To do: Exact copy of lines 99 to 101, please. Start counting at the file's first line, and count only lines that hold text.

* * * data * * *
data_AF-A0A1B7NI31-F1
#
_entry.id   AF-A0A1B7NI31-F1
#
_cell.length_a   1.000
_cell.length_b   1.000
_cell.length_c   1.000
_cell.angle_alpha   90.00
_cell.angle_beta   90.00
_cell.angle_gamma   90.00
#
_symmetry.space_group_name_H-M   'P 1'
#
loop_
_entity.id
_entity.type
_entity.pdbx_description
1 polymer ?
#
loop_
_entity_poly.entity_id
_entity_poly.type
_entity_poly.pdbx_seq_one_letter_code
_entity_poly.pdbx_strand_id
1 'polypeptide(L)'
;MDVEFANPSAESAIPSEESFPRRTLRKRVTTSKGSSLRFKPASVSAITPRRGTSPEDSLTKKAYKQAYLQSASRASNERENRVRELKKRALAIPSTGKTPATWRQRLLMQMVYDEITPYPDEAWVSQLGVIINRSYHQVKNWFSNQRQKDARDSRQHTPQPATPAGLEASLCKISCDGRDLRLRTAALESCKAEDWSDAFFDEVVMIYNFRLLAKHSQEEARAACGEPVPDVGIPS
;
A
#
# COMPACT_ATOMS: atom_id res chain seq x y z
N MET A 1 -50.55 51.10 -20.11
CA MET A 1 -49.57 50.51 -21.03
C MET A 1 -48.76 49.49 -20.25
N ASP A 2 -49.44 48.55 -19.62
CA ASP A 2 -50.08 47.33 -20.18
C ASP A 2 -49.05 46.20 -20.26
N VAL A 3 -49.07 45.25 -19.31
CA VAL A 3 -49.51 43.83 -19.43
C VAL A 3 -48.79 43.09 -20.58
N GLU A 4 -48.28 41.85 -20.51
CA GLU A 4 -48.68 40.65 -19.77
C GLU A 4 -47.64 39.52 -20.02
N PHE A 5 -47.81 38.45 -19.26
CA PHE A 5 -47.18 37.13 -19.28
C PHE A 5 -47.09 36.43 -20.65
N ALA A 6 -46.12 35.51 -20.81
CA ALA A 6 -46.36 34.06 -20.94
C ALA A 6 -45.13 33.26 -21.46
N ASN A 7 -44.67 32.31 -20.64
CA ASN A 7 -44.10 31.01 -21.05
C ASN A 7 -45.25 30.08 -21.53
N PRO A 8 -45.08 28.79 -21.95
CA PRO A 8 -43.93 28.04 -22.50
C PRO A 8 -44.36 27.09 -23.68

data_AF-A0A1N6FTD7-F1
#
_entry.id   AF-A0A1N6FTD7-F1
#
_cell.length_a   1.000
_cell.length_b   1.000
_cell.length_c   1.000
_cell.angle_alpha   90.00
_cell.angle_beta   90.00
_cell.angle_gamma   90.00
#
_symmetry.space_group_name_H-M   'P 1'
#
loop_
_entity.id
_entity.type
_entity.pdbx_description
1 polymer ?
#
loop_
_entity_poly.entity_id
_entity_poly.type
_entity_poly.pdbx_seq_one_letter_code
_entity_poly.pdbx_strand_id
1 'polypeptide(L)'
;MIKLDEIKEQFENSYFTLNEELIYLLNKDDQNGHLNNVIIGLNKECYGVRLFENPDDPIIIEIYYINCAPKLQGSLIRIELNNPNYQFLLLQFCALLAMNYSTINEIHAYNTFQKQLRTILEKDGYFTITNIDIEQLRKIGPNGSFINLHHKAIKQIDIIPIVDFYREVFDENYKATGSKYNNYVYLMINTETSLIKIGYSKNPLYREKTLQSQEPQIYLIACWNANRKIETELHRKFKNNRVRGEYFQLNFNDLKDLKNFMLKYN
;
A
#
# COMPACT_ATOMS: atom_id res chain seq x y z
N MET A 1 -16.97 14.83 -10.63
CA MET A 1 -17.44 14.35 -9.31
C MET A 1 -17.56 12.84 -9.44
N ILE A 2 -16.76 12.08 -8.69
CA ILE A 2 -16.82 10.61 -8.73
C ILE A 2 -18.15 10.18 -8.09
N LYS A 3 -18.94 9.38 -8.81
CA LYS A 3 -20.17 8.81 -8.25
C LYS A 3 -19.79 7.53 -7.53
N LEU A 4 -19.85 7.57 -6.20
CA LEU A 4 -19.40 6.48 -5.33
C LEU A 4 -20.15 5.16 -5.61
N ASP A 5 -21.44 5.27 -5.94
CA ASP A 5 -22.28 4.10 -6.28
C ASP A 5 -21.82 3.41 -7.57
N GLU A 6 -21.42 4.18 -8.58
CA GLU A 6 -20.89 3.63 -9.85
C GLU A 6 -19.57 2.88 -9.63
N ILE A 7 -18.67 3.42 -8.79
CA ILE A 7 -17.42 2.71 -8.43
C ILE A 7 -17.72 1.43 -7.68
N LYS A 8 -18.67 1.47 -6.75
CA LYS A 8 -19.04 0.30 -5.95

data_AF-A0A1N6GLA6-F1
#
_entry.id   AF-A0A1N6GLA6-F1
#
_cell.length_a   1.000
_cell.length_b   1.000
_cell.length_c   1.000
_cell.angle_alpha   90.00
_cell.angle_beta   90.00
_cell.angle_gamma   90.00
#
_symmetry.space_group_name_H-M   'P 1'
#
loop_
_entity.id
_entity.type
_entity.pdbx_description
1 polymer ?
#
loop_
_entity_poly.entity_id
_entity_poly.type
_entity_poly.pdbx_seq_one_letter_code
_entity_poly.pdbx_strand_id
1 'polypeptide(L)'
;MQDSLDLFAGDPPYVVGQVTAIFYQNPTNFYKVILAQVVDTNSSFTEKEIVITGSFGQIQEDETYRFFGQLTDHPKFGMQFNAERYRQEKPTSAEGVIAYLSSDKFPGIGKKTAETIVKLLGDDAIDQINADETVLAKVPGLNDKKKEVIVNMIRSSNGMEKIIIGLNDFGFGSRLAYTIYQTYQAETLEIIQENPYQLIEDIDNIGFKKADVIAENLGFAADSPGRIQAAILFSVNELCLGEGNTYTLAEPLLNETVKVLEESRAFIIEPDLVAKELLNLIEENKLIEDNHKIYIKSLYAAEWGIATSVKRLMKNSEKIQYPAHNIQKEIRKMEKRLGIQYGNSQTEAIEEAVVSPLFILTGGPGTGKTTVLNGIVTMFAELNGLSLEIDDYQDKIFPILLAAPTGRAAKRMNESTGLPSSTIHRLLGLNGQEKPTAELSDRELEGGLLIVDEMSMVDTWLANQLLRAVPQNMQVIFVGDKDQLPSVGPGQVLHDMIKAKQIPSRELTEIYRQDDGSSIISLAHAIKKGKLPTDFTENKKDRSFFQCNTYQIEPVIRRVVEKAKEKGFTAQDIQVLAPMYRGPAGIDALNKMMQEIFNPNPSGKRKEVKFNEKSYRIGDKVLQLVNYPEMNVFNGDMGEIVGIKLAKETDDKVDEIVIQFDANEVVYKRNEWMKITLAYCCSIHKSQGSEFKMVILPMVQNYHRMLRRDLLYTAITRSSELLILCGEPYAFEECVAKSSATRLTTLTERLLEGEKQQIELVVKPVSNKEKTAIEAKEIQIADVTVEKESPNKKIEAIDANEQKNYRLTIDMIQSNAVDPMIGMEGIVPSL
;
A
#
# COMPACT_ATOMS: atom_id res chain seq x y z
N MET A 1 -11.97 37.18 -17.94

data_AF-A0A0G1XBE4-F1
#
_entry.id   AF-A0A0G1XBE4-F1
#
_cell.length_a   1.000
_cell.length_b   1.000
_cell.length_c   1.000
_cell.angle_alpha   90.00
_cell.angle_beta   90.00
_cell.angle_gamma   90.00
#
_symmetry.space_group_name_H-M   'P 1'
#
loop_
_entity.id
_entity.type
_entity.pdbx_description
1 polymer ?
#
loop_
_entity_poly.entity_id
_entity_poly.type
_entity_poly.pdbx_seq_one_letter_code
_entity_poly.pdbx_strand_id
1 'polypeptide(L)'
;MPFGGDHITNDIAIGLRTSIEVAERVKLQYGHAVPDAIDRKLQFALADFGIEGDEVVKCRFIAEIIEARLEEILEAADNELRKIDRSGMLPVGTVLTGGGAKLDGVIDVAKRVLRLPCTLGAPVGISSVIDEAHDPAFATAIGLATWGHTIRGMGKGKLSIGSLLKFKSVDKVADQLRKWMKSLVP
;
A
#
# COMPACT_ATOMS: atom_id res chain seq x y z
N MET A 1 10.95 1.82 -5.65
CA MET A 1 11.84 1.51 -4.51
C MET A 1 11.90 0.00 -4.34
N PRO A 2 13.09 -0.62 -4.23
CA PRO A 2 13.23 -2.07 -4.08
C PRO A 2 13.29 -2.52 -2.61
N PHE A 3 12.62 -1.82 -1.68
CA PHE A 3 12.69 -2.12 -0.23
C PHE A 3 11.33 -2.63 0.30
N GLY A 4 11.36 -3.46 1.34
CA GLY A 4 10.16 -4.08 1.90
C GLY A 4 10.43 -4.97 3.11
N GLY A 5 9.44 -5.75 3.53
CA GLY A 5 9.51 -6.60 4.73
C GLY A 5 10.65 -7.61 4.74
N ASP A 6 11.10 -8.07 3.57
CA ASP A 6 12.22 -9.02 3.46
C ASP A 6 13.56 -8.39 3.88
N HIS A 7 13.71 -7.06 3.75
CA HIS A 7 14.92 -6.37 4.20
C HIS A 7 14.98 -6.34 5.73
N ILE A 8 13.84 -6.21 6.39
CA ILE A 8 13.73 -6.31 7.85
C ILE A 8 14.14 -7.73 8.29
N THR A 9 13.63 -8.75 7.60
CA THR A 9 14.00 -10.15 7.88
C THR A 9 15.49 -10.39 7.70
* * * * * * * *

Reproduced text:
C ASP A 5 -21.82 3.41 -7.57
N GLU A 6 -21.42 4.18 -8.58
CA GLU A 6 -20.89 3.63 -9.85